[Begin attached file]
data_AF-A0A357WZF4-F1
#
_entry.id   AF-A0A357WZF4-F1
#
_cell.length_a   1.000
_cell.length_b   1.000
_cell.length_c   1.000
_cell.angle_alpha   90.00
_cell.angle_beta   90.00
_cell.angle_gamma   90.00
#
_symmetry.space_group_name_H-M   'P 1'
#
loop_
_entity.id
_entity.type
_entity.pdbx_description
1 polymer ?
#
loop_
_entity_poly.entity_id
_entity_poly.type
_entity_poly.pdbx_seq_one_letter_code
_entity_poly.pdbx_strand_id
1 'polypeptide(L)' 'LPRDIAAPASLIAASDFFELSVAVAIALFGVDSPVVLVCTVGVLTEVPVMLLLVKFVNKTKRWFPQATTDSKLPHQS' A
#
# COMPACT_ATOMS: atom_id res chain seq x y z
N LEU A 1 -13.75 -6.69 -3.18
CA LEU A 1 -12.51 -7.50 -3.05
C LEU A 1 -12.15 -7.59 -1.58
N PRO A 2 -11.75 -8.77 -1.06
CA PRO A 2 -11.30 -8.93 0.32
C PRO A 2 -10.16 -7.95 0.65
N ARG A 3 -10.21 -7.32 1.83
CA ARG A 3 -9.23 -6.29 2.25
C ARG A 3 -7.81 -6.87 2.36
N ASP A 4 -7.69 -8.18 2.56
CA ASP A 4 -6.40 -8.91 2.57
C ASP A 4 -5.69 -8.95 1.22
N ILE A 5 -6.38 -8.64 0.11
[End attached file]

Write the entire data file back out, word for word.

data_AF-A0A357WZF4-F1
#
_entry.id   AF-A0A357WZF4-F1
#
_cell.length_a   1.000
_cell.length_b   1.000
_cell.length_c   1.000
_cell.angle_alpha   90.00
_cell.angle_beta   90.00
_cell.angle_gamma   90.00
#
_symmetry.space_group_name_H-M   'P 1'
#
loop_
_entity.id
_entity.type
_entity.pdbx_description
1 polymer ?
#
loop_
_entity_poly.entity_id
_entity_poly.type
_entity_poly.pdbx_seq_one_letter_code
_entity_poly.pdbx_strand_id
1 'polypeptide(L)' 'LPRDIAAPASLIAASDFFELSVAVAIALFGVDSPVVLVCTVGVLTEVPVMLLLVKFVNKTKRWFPQATTDSKLPHQS' A
#
# COMPACT_ATOMS: atom_id res chain seq x y z
N LEU A 1 -13.75 -6.69 -3.18
CA LEU A 1 -12.51 -7.50 -3.05
C LEU A 1 -12.15 -7.59 -1.58
N PRO A 2 -11.75 -8.77 -1.06
CA PRO A 2 -11.30 -8.93 0.32
C PRO A 2 -10.16 -7.95 0.65
N ARG A 3 -10.21 -7.32 1.83
CA ARG A 3 -9.23 -6.29 2.25
C ARG A 3 -7.81 -6.87 2.36
N ASP A 4 -7.69 -8.18 2.56
CA ASP A 4 -6.40 -8.91 2.57
C ASP A 4 -5.69 -8.95 1.22
N ILE A 5 -6.38 -8.64 0.11